Supercomputers Illustrate the Mechanical Process of Cancer Growth

According to the World Health Organization, one in six worldwide deaths are attributed to cancer, but not due to initial malignant tumors. They were caused by the spread of cancer cells to surrounding tissues, which consist largely of collagen. That was the focus of a recent study by Stanford University and Purdue University researchers.

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Supercomputers Help Advance Computational Chemistry

Researchers at the Massachusetts Institute of Technology (MIT) have succeeded in developing an artificial intelligence (AI) approach to detect electron correlation – the interaction between a system’s electrons – which is vital but expensive to calculate in quantum chemistry.

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Supercomputers Simulate New Pathways for Potential RNA Virus Treatment

University of New Hampshire (UNH) researchers recently used high-performance supercomputers to identify new inhibitor binding/unbinding pathways in an RNA-based virus. The findings could be beneficial in understanding how these inhibitors react and potentially help develop a new generation of drugs to target viruses with high death rates, such as HIV-1, Zika, Ebola, and SARS-CoV2, the virus that causes COVID-19.

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Supercomputers Help Model Potential SARS-CoV2 Protease Inhibitors for COVID-19

A team of researchers recently created a pharmacophore model and conducted data mining of the database of drugs approved by the U.S. Federal Drug Administration (FDA) to find potential inhibitors of papain-like protease of SARS-CoV2, one of the main viral proteins responsible for COVID-19.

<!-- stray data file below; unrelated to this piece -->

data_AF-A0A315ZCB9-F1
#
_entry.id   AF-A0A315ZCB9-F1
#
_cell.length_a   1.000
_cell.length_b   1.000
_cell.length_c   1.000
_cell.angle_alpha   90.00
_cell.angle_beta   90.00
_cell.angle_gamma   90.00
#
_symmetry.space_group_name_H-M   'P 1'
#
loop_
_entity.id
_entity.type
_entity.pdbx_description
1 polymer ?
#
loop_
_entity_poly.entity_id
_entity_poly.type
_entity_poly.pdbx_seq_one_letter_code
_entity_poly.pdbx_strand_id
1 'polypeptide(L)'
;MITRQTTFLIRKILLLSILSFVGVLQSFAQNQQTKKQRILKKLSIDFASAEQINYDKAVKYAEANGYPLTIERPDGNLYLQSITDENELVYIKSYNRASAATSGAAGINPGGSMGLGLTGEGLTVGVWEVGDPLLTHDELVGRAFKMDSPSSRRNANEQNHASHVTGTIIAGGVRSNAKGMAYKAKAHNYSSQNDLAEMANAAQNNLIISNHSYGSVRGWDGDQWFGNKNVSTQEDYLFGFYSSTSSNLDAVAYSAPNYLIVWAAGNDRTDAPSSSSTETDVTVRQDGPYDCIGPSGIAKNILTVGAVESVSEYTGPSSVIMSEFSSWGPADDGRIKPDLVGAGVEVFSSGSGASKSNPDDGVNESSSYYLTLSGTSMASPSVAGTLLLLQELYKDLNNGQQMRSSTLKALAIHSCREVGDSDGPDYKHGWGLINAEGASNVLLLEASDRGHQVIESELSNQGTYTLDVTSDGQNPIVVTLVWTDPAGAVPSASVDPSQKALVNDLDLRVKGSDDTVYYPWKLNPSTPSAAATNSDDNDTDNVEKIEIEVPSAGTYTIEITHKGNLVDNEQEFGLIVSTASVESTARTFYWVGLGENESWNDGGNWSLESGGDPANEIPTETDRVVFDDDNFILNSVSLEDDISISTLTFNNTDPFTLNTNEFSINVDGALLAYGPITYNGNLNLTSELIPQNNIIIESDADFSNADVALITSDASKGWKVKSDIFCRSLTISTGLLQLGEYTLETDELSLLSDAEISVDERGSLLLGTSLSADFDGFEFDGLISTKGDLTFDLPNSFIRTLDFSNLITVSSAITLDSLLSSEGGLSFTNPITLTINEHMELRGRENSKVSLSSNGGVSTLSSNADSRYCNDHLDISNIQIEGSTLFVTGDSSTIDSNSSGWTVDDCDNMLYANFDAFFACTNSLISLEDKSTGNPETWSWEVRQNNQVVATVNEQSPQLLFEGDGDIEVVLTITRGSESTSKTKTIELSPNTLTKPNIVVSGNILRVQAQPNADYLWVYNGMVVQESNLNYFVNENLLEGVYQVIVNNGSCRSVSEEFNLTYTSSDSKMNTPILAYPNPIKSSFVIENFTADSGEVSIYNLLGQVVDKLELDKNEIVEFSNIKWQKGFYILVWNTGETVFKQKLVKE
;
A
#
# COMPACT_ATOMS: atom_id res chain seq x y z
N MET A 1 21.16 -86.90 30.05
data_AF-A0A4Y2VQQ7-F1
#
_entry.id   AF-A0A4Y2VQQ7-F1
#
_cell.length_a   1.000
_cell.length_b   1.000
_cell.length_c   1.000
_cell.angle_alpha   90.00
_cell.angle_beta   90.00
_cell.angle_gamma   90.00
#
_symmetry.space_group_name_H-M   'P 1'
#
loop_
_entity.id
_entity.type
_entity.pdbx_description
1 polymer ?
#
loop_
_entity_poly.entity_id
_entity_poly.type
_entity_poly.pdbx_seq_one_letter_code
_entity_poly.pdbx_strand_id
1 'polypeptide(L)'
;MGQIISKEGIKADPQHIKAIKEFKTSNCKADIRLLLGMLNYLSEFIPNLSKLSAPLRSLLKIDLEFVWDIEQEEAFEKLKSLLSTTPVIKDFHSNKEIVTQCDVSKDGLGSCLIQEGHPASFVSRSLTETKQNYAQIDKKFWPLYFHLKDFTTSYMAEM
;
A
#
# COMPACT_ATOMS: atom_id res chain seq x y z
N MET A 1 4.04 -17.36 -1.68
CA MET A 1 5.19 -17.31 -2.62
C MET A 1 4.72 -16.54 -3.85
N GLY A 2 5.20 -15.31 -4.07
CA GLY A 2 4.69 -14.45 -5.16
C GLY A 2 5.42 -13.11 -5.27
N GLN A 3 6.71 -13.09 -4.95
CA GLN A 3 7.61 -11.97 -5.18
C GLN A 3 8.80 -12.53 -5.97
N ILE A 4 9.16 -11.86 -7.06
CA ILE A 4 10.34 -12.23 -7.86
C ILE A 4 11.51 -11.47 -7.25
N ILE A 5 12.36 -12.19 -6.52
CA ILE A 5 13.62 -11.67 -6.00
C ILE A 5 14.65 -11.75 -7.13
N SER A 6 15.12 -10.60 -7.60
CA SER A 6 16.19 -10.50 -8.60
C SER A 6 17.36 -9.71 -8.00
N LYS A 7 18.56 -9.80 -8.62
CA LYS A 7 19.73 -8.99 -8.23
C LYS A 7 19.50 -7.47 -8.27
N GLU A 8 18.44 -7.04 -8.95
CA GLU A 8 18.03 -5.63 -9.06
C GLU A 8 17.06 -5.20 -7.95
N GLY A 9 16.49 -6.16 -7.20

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Supercomputer Simulations Reveal Scope of Lake Erie Plastic Waste Pollution

The transport of nine types of plastics floating in Lake Erie was modeled in two studies that used the Comet supercomputer at the San Diego Supercomputer Center (SDSC) to compare a two-dimensional model with a new Great Lakes microplastic dataset and then develop the first ever three-dimensional mass estimate for plastic in Lake Erie.

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Supercomputer Calculations Boost Our Understanding of Our Immune System

While researchers around the world race to develop an effective and safe COVID-19 vaccine, a team from the San Diego Supercomputer Center (SDSC) at UC San Diego contributed to a study led by Vanderbilt Vaccine Center of Vanderbilt University Medical Center (VUMC) on T cell receptors, which play a vital role in alerting the adaptive immune system to mount an attack on invading foreign pathogens including the Coronavirus SARS-CoV-2.

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Supercomputers Help Uncover ‘Noisy’ Neutron Star Collisions

A series of simulations using multiple supercomputers, including Comet at the San Diego Supercomputer Center (SDSC) at UC San Diego, suggests that when the neutron stars’ masses are different enough, the result is far noisier. The models predicted an electromagnetic ‘bang,’ which isn’t present when the merging stars’ masses are similar, according to researchers.

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Supercomputer Simulations Help Researchers Predict Solar Wind Storms

Researchers at the University of New Hampshire used SDSC’s Comet supercomputer to validate a model using a machine learning technique called Dynamic Time Lag Regression (DTLR) to help predict the solar wind arrival near the Earth’s orbit from physical parameters of the Sun.

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Supercomputer Simulations Show How DNA Prepares Itself for Repair

Researchers from Harvard University and the University of Texas Medical Branch at Galveston recently used the Comet supercomputer at the San Diego Supercomputer Center (SDSC) at the University of California San Diego to uncover the novel ways in which DNA prepares itself for repair.

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Supercomputer Simulations Help Advance Electrochemical Reaction Research